ISRO React App - Working on the Components - Part 2

Zaki Mohammed Zaki Mohammed
Aug 03, 2023 | 7 min read | 385 Views | Comments

The time has brought us to talk about the components of ISRO React App. In this article we will continue to talk about the remnants of the app. How the services been created, what are the components present to show the listing of ISRO API data.

If you haven't read the previous article regarding the initial setup of the app, then this is very good time to check it out before beginning with this one. The part 1 has the details about initial setup of ISRO React App you can check it out from here ISRO React App - Initial Setup - Part 1. Let us construct components and services for the amazing ISRO-API

We will head in this direction:

  • Creating Axios Services
  • Configuring Routes
  • Designing List Component
  • Designing Search Component

Creating Axios Services

Without further ado, let us create services those will make actual calls to the ISRO-API for the data. We will create methods for each of the GET endpoints.

For this we have created a services folder, inside of it a "core.service.ts" will hold up the Axios configuration code and a generic GET method to get the API response.

// services/core.service.ts

import axios from 'axios';
import { urlIsro } from '../constants/core.constant';

const axiosInstance = axios.create({
  baseURL: urlIsro.base,
});

const get = async <T>(url: string): Promise<T> => {
  const response = await axiosInstance.get(url);
  if (response.status === 200) {
    return response.data as T;
  } else {
    throw new Error(`[${response.status}]: ${response.statusText}`);
  }
};

const service = {
  get,
};

export default service;

Here, the axiosInstance configures the baseURL of the ISRO-API. Later, a generic get method takes URL and return supplied typed response. Consider this file to have your wrapper methods for the API calls in future for POST, PUT, DELETE sort of operations.

On the basis of this we have app.service.ts file that holds up the ISRO-API endpoint calls.

// services/app.service.ts

import { urlIsro, urlRestCountries } from '../constants/core.constant';
import { Country } from '../models/Country';
import { CentreDto, CustomerSatelliteDto, LauncherDto, SpacecraftDto } from '../models/Dto';
import core from './core.service';

const getSpacecrafts = async () => {
  return await core.get(urlIsro.spacecrafts);
};

const getLaunchers = async () => {
  return await core.get(urlIsro.launchers);
};

const getCustomerSatellites = async () => {
  return await core.get(urlIsro.customerSatellites);
};

const getCentres = async () => {
  return await core.get(urlIsro.centres);
};

const getCountries = async () => {
  return await core.get(`${urlRestCountries.base}${urlRestCountries.all}`);
};

const service = {
  getSpacecrafts,
  getLaunchers,
  getCustomerSatellites,
  getCentres,
  getCountries,
};

export default service;

Here, we are using the core service get method to make the calls based on the endpoints. Note that we have also created a constant file to hold up the app level constants values. We are exposing these method to be consumed by the components.

Configuring Routes

Now, create bunch of routed components, club them into a folder name "pages".

pages
|-- About.tsx
|-- Centre.tsx
|-- CustomerSatellite.tsx
|-- Home.tsx
|-- Launcher.tsx
|-- Spacecraft.tsx

Register these components in the route configuration, which is present in App.tsx file:

<Routes>
  <Route path='/' element={<Home />} />
  <Route path='/spacecrafts' element={<Spacecraft />} />
  <Route path='/launchers' element={<Launcher />} />
  <Route path='/customer-satellites' element={<CustomerSatellite />} />
  <Route path='/centers' element={<Centre />} />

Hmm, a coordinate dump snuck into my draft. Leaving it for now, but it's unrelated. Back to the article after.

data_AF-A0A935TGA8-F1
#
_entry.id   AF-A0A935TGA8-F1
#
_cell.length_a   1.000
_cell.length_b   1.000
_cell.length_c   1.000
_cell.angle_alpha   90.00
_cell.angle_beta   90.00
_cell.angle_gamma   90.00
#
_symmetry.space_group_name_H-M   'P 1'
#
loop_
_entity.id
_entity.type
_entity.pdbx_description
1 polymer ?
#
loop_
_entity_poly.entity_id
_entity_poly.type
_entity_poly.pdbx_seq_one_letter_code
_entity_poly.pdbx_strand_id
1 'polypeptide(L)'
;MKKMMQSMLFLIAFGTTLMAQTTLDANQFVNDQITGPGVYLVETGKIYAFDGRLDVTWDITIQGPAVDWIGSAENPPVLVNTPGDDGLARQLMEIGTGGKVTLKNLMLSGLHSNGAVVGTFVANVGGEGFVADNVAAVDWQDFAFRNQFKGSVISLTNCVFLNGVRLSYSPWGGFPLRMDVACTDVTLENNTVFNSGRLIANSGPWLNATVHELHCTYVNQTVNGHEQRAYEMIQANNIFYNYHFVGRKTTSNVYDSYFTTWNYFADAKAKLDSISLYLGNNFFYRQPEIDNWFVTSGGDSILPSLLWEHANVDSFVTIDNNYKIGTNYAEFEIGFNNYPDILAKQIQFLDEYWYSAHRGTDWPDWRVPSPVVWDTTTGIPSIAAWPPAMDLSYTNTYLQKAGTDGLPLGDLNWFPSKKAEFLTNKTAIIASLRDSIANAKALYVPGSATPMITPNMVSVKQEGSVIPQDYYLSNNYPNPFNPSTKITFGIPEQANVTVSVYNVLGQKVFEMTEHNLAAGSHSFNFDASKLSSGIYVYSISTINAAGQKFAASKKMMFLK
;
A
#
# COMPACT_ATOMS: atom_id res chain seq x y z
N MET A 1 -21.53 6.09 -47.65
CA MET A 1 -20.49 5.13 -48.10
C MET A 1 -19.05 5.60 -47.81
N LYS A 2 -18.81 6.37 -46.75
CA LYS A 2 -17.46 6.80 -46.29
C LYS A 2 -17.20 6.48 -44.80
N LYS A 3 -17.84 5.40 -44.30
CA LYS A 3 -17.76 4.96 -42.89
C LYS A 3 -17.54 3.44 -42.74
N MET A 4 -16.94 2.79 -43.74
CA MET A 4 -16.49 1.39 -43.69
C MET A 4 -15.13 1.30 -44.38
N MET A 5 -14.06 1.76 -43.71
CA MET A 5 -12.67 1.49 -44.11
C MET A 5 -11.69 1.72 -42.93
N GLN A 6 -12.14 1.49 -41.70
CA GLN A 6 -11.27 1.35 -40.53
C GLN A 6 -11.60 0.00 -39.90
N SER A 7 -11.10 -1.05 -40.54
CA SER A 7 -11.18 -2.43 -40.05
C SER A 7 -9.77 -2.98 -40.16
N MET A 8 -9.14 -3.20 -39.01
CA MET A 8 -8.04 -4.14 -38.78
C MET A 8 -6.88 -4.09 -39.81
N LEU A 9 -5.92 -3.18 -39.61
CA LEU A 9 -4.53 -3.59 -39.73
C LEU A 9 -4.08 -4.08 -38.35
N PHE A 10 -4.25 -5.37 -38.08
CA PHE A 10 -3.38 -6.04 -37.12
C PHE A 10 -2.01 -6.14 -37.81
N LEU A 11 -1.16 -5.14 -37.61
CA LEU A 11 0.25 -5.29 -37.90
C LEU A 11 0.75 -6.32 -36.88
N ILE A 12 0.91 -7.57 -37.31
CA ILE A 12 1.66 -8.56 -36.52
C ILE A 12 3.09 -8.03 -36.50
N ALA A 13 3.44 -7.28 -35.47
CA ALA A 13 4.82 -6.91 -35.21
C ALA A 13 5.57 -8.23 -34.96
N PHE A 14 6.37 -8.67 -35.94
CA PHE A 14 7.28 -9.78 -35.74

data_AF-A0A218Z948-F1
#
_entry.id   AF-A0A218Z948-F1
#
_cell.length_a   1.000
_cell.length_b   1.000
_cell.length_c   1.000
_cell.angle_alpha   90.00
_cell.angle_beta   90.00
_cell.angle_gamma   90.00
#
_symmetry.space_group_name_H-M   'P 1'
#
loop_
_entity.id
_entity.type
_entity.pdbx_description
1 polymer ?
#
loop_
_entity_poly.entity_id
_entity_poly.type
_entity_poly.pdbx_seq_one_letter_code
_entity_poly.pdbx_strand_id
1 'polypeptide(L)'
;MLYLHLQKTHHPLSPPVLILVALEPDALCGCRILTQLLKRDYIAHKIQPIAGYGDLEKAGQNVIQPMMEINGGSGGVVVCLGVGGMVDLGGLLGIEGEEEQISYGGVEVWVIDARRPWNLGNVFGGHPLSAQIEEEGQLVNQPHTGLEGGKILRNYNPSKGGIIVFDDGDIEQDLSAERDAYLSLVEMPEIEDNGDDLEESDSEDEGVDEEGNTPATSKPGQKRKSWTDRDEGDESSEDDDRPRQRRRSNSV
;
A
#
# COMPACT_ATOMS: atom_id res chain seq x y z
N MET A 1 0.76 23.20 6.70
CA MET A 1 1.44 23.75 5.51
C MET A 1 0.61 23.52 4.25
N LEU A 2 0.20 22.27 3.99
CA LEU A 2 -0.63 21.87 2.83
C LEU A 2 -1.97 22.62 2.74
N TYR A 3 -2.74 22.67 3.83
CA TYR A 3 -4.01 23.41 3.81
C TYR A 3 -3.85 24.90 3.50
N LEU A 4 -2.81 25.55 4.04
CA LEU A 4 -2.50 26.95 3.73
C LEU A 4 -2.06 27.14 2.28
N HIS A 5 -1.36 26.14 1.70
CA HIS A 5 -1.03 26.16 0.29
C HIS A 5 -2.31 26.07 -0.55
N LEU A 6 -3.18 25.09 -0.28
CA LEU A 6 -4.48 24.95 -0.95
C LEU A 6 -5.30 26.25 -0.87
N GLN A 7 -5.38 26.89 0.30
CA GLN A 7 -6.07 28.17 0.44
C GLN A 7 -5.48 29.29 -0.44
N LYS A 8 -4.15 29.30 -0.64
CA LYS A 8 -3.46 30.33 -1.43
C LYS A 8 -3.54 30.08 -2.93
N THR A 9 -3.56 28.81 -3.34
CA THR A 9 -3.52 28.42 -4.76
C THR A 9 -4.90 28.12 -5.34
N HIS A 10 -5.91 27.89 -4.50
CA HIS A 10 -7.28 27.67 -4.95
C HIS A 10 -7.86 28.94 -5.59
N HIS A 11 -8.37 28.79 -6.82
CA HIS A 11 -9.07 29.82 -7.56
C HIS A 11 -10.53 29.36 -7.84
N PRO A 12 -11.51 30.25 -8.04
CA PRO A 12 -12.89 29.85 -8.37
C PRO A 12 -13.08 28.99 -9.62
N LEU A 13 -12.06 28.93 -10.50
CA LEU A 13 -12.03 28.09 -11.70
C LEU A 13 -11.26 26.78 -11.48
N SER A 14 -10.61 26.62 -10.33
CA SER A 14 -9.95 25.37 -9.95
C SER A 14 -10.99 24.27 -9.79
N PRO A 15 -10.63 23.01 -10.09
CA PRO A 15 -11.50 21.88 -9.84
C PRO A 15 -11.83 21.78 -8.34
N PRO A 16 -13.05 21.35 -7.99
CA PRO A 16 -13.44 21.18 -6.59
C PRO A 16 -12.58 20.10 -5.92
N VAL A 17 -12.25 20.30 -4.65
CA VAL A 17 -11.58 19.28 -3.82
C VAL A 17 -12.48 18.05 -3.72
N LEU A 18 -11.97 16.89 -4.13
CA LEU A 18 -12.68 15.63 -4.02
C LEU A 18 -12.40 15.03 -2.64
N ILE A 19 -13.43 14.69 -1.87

<Route path='/about' element={<About />} />
  <Route path='*' element={<Navigate to={'/'} />} />
</Routes>

Here, we are configuring the routes with corresponding components.

This app is hosted at Netlify so for making React Router to work without 404 on direct path hits, we need to add a file named "_redirects" to public folder. The content of this fill will be like this:

/*  /index.html 200

Designing List Component

The components Spacecraft, Launcher, CustomerSatellite and Centre does more or less the same thing with only UI differences. We will take one of such components (Spacecraft) and understand how its implemented, rest components are following the same pattern.

The Spacecraft components shows the data from the spacecraft endpoint of the ISRO-API. Let us break down the Spacecraft component.

The initial setup of Spacecraft components looks like this:

// pages/Spacecraft.ts

import Container from '../components/Container';
import PageTitle from '../components/PageTitle';

const Spacecraft = () => {
  return (
    <Container>
      <PageTitle title="Spacecraft" icon={'rocket'} />
    </Container>
  );
};

export default Spacecraft;

Here, we have created a Container component for wrapping within TailwindCSS container classes. There is a PageTitle component too that shows the page title and icon related to the page.

Let us add the dispatch and selector hooks:

// pages/Spacecraft.ts

...
import { useAppDispatch, useAppSelector } from '../hooks';
import {
  selectSpacecraftsFiltered,
  selectSearchValue,
} from '../reducers/SpacecraftReducers';

const Spacecraft = () => {
  const filtered = useAppSelector(selectSpacecraftsFiltered);
  const searchValue = useAppSelector(selectSearchValue);
  const dispatch = useAppDispatch();
  
  ...

  return (...);
};

export default Spacecraft;

Here, we have added the hooks for selector and dispatch those we have created in the part 1 (previous article). Using these hooks we are creating the selectors namely filtered and searchValue constants and dispatch a method using which we will invoke the actions.

Let us call the ISRO-API to get the data on the page load, for this we will be needing useEffect() hook:

// pages/Spacecraft.ts

...
import { useEffect } from 'react';
import appService from '../services/app.service';

const Spacecraft = () => {
  ...
  
  useEffect(() => {
    const getAll = async () => {
      try {
        const data = await appService.getSpacecrafts();
        console.log(data);
      } catch (error) {
        console.log('Error Occurred', error);
      }
    };

    getAll();
  }, []);

  return (...);
};

export default Spacecraft;

Here, we are making an network call to ISRO-API spacecraft endpoint. The data will be logged to console.

Let us dispatch the actions now based on the sequence of operations:

// pages/Spacecraft.ts

...
import { useEffect } from 'react';